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Value Health. 2013 Sep-Oct;16(6 Suppl):S20-6. doi: 10.1016/j.jval.2013.06.008.

Current methodological issues in the economic assessment of personalized medicine.

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  • 1Department of Public Health, Ghent University, Ghent, Belgium. Electronic address: lieven.annemans@ugent.be.

Abstract

There is a need for methodological scrutiny in the economic assessment of personalized medicine. In this article, we present a list of 10 specific issues that we argue pose specific methodological challenges that require careful consideration when designing and conducting robust model-based economic evaluations in the context of personalized medicine. Key issues are related to the correct framing of the research question, interpretation of test results, data collection of medical management options after obtaining test results, and expressing the value of tests. The need to formulate the research question clearly and be explicit and specific about the technology being evaluated is essential because various test kits can have the same purpose and yet differ in predictive value, costs, and relevance to practice and patient populations. The correct reporting of sensitivity/specificity, and especially the false negatives and false positives (which are population dependent), of the investigated tests is also considered as a key element. This requires additional structural complexity to establish the relationship between the test result and the consecutive treatment changes and outcomes. This process involves translating the test characteristics into clinical utility, and therefore outlining the clinical and economic consequences of true and false positives and true and false negatives. Information on treatment patterns and on their costs and outcomes, however, is often lacking, especially for false-positive and false-negative test results. The analysis can even become very complex if different tests are combined or sequentially used. This potential complexity can be handled by explicitly showing how these tests are going to be used in practice and then working with the combined sensitivities and specificities of the tests. Each of these issues leads to a higher degree of uncertainty in economic models designed to assess the added value of personalized medicine compared with their simple pharmaceutical counterparts. To some extent, these problems can be overcome by performing early population-level simulations, which can lead to the identification and collection of data on critical input parameters. Finally, it is important to understand that a test strategy does not necessarily lead to more quality-adjusted life-years (QALYs). It is possible that the test will lead to not only fewer QALYs but also fewer costs, which can be defined as "decremental" cost per QALYs. Different decision criteria are needed to interpret such results.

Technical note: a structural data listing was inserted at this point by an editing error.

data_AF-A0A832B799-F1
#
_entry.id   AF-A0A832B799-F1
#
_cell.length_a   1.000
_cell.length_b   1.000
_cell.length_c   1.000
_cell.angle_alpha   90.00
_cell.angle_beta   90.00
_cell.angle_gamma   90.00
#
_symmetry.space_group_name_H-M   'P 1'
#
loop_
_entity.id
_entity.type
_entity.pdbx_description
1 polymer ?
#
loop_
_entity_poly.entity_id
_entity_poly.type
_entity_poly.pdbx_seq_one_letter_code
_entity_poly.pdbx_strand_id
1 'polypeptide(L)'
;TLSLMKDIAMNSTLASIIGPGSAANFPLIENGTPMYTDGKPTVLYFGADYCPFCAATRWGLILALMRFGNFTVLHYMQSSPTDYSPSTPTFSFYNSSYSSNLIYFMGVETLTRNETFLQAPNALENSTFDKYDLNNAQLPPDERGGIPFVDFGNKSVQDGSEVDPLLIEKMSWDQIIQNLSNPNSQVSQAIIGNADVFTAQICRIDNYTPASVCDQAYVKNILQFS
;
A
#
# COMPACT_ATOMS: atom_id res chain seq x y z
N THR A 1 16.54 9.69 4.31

© 2013 Published by Elsevier Inc. on behalf of International Society for Pharmacoeconomics and Outcomes Research (ISPOR).

KEYWORDS:

guidelines; health economics; modeling; personalized medicine

[PubMed - indexed for MEDLINE]
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